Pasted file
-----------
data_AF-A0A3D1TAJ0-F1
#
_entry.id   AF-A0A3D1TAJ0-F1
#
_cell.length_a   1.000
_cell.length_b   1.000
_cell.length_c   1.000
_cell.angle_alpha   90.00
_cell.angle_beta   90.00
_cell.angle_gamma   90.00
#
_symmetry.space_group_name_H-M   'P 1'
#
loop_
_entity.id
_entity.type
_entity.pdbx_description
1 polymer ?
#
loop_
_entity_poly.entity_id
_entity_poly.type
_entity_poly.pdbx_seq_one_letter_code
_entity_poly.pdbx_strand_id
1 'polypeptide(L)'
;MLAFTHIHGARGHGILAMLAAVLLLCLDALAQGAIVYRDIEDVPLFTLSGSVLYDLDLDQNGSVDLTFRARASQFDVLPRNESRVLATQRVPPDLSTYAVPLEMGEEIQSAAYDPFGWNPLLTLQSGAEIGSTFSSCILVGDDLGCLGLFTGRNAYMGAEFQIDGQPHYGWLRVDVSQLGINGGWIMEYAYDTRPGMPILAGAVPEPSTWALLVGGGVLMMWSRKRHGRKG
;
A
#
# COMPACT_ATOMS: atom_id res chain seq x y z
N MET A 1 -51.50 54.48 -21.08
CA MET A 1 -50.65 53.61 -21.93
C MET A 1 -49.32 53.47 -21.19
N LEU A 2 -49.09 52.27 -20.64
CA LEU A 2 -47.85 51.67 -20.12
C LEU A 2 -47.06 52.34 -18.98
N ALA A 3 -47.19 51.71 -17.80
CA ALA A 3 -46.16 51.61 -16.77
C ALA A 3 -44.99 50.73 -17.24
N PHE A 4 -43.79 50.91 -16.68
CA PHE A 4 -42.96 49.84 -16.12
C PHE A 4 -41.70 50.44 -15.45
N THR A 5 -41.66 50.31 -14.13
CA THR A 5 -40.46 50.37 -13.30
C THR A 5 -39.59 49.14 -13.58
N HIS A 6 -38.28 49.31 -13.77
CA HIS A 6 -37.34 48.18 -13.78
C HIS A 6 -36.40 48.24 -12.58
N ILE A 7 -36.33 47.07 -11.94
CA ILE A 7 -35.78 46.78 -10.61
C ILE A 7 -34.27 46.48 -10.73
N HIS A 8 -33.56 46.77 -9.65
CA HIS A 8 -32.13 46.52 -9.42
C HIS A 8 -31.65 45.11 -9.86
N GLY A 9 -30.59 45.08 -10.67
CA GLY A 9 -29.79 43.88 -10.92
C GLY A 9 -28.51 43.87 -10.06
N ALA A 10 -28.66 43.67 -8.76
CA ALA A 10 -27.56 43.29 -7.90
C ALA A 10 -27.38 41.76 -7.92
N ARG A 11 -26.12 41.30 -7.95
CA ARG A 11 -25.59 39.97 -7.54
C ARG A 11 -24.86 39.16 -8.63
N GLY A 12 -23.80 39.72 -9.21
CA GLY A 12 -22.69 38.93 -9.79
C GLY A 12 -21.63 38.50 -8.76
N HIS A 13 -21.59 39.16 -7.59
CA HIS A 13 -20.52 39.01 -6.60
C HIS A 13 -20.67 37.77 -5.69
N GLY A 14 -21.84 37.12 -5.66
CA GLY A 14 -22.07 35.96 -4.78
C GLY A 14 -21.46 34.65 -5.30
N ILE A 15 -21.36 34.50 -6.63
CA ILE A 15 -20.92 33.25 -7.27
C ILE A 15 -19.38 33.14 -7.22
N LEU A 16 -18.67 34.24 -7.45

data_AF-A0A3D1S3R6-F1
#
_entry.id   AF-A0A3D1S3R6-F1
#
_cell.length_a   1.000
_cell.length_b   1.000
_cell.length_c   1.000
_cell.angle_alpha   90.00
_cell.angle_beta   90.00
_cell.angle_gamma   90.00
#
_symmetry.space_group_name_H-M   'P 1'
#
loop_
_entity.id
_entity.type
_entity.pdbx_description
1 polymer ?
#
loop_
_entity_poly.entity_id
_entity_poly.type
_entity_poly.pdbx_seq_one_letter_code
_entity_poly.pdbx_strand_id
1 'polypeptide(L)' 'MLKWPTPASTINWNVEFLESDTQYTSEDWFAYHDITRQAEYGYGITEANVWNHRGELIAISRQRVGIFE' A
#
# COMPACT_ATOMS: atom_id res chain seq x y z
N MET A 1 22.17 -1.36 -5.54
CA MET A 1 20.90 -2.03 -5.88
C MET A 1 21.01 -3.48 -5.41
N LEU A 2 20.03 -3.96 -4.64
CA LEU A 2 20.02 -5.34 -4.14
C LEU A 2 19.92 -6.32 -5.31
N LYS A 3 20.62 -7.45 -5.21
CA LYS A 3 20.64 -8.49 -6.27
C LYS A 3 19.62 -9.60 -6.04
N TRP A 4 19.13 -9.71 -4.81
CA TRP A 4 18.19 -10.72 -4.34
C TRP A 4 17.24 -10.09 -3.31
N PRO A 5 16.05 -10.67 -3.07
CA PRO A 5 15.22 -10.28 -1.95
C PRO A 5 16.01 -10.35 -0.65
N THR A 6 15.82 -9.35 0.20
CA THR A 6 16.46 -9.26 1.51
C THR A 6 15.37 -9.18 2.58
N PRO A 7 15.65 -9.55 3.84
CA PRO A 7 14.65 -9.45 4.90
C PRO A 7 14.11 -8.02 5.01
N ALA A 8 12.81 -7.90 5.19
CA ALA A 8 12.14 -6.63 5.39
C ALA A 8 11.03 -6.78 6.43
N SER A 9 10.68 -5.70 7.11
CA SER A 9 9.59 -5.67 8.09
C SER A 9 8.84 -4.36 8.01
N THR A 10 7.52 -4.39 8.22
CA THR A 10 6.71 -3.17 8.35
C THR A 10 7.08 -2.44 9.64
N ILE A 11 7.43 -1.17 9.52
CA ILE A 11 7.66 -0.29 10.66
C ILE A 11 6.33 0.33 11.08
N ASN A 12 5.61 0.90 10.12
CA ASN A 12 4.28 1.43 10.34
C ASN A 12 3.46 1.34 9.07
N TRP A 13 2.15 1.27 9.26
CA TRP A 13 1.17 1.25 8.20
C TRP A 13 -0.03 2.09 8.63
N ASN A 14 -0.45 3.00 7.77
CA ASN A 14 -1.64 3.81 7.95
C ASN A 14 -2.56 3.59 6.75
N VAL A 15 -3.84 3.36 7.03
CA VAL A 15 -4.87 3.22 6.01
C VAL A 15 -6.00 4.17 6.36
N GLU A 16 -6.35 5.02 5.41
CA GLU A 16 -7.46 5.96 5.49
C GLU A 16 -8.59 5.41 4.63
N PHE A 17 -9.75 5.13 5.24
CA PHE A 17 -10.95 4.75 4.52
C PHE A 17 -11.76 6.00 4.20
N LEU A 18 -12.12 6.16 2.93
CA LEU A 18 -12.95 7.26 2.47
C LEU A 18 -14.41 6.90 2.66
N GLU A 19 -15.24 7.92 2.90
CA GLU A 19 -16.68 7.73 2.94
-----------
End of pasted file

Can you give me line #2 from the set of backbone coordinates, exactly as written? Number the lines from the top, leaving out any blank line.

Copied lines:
#